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Engineered mucoperiosteal scaffold for cleft palate regeneration towards the non-immunogenic transplantation


Cleft lip and palate (CL/P) is the most prevalent craniofacial birth defect in humans. None of the surgical procedures currently used for CL/P repair lead to definitive correction of hard palate bone interruption. Advances in tissue engineering and regenerative medicine aim to develop new strategies to restore palatal bone interruption by using tissue or organ-decellularized bioscaffolds seeded with host cells. Aim of this study was to set up a new natural scaffold deriving from a decellularized porcine mucoperiosteum, engineered by an innovative micro-perforation procedure based on Quantum Molecular Resonance (QMR) and then subjected to in vitro recellularization with human bone marrow-derived mesenchymal stem cells (hBM-MSCs). Our results demonstrated the efficiency of decellularization treatment gaining a natural, non-immunogenic scaffold with preserved collagen microenvironment that displays a favorable support to hMSC engraftment, spreading and differentiation. Ultrastructural analysis showed that the micro-perforation procedure preserved the collagen mesh, increasing the osteoinductive potential for mesenchymal precursor cells. In conclusion, we developed a novel tissue engineering protocol to obtain a non-immunogenic mucoperiosteal scaffold suitable for allogenic transplantation and CL/P repair. The innovative micro-perforation procedure improving hMSC osteogenic differentiation potentially impacts for enhanced palatal bone regeneration leading to future clinical applications in humans.


Cleft lip and palate (CL/P) is the most common congenital craniofacial anomaly resulting from a disturbed embryonic development1. It is a complex malformation that affects both soft and hard tissues, extending from upper lip to gingiva, anterior and posterior palate. With a reported prevalence rate of approximately 1 in 700, it may lead to a wide spectrum of problems, such as limitations in chewing and swallowing, which impair normal feeding skills, development of abnormal speech mechanisms, maxillary growth and dental disorders that inevitably bring to lack of self-esteem in these little patients1,2,3.

Different and controversial are the current protocols existing for the surgical correction of CL/P, which vary regarding optimal timing and surgical procedures. Specifically, a critical issue in cleft surgery concerns, more than the mucocutaneus cleft, the repair of the hard palate's bone interruption. Regardless of the technique used, the multilayer, tension-free closure of the hard palate remains the less satisfying result of the surgical correction when considering long-term complications.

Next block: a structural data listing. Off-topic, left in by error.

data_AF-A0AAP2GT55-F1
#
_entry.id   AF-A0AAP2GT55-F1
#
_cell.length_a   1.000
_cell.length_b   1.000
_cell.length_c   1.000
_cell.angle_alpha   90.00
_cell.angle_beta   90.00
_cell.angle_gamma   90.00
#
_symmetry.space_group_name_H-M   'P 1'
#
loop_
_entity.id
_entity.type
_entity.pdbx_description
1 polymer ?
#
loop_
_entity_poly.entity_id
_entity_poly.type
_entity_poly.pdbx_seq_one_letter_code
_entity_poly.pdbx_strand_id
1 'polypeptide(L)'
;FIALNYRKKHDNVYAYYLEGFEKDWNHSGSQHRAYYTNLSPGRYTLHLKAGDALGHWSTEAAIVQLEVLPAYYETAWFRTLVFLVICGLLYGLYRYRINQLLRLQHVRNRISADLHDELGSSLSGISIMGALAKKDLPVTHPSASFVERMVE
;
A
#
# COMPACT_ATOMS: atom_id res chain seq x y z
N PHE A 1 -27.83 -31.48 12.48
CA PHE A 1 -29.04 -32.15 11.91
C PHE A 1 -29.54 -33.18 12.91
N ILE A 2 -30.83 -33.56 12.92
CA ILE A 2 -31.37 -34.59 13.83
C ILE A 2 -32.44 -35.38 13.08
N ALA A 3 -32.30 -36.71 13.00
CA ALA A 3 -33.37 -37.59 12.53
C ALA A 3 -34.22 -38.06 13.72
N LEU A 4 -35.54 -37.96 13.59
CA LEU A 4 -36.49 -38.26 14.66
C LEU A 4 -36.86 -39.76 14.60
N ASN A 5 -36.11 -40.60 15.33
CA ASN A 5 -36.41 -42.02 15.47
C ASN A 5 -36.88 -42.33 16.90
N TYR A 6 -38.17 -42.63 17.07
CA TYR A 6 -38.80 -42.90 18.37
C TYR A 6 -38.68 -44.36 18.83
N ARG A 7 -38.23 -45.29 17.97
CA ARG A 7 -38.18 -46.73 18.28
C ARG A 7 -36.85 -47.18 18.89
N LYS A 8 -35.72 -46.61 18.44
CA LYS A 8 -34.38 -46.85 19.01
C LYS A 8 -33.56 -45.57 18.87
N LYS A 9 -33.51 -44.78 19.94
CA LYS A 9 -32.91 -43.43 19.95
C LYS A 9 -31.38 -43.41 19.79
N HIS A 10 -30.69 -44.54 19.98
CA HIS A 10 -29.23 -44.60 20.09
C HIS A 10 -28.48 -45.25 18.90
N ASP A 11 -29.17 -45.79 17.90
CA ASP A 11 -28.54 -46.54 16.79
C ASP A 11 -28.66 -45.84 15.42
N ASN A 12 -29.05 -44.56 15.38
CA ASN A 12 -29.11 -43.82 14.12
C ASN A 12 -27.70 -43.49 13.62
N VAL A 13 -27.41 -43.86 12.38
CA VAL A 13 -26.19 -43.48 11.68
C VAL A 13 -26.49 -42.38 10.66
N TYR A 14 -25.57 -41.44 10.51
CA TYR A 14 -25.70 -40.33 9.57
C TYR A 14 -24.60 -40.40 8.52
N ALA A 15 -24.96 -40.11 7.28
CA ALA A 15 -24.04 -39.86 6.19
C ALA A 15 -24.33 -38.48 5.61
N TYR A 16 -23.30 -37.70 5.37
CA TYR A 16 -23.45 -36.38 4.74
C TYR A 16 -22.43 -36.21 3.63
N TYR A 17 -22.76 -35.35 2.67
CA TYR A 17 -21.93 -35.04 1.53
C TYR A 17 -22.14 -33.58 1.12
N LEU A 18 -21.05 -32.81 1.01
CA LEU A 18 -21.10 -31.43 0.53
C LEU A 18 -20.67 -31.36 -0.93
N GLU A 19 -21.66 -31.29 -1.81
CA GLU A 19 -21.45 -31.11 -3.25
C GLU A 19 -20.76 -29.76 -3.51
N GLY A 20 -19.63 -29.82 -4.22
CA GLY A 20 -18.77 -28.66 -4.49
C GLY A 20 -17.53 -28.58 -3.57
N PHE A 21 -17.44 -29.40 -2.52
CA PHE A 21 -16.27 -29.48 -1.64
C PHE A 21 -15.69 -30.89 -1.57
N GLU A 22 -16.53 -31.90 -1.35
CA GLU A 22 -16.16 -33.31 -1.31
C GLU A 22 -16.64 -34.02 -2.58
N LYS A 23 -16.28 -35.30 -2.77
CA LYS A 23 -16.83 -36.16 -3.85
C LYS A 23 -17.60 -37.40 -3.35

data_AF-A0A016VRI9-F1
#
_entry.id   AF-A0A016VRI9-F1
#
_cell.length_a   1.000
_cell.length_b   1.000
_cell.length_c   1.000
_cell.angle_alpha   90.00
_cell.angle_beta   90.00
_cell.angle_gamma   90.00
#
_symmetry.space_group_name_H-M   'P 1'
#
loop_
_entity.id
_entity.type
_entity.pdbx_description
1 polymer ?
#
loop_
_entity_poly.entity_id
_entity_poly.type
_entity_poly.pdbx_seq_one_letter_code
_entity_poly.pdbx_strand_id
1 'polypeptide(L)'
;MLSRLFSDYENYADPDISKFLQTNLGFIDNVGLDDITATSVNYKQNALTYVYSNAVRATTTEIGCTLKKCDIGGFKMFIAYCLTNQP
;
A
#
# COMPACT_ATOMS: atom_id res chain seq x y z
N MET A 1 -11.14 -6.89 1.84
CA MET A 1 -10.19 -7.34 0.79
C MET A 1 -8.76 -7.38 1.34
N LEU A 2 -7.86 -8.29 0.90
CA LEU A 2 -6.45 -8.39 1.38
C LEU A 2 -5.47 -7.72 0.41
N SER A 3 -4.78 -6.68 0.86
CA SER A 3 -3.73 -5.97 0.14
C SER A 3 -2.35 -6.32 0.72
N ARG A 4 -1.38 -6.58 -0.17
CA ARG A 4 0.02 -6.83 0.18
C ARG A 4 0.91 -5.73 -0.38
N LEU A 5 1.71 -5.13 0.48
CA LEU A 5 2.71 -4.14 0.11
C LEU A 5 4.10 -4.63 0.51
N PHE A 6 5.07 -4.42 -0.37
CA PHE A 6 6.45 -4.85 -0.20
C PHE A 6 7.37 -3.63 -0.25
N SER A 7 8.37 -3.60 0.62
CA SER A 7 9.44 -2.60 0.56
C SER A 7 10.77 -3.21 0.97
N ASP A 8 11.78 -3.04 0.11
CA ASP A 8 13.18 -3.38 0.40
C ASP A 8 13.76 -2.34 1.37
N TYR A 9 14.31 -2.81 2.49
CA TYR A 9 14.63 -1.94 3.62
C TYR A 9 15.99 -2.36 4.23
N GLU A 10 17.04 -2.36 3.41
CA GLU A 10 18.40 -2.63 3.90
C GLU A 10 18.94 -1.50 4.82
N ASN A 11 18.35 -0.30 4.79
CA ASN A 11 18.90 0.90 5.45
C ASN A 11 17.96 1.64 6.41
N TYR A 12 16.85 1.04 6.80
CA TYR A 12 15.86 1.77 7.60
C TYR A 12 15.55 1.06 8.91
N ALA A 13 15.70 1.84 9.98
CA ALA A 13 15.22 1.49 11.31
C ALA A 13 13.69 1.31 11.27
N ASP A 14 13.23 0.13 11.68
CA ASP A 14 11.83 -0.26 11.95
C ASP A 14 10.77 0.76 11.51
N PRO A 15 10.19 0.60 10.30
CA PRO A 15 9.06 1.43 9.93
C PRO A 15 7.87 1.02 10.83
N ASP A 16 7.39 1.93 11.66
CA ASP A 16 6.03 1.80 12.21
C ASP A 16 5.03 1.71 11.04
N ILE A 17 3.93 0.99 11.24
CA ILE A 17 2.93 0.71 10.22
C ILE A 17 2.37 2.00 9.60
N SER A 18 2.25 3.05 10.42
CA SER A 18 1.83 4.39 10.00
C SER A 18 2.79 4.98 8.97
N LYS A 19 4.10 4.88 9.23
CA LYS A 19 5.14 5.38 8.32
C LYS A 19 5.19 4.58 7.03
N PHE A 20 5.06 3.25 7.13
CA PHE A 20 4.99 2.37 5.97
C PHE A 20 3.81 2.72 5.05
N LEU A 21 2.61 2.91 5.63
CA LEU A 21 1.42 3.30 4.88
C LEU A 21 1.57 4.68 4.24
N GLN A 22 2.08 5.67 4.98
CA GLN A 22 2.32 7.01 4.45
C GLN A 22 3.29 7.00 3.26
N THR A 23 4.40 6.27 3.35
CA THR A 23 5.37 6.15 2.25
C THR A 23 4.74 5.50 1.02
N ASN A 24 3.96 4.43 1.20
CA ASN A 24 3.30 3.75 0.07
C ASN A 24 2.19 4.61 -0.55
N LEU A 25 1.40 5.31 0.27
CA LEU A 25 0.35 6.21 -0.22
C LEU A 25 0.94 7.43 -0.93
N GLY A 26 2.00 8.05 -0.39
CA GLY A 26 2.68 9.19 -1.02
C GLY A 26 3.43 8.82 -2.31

Tissue engineering can bring to a solution in facing the structural complexity of the craniofacial district providing biocompatible, non-toxic and non-immunogenic scaffolds to use as templates for tissue regeneration or organ transplantation4. In the last years, specifically, tissue or organ-decellularized biomaterials are emerging as the best option to generate scaffolds that mimic missing body parts. Decellularization permits the elimination of the primary tissue cellular contents leaving the native extracellular matrix (ECM) intact and allows then a second phase of recellularization where scaffolds are seeded with host cells to create a non-immunogenic scaffold, and a transplantable tissue repopulated with recipient cells in order to reduce the possibility of rejection5,6,7.

For this purpose, different cell types, combined with various biomaterials, have been used8,9,10,11. Among them, mesenchymal stromal cells (MSCs) emerged as a particularly useful biological source thanks to their ability to differentiate in vitro into osteocytes, adipocytes and chondrocytes and to modulate the immune response through the secretion of molecules and extracellular vesicles with anti-inflammatory and proangiogenic properties12,13,14,15,16.

With the present study we explore the possibility to produce engineered porcine mucoperiosteum scaffolds to be tested for their in vitro properties. In particular, porcine palates were decellularized, either treated or not with a perforation protocol by using Quantum Molecular Resonance (QMR), and recellularized with human bone marrow-derived MSCs (hBM-MSCs) in two different culture conditions. The obtained data set the basis for the next animal experimentation, in order to bring the protocol, in the near future, towards the human setting.


Palate decellularization and poration

Palates decellularization was analyzed through both macroscopic examination and DNA quantification. The first observation after decellularization treatment was the color of the palates, with decellularized samples that turned to white instead of a light pink typical of the non-decellularized ones, as expected from a complete acellular matrix (Fig. 1). Differences were noted also between pored and non-pored scaffolds, with a slightly increased stiffness and a decreased thickness in the pored samples, which also showed a more transparent appearance (Fig. 2).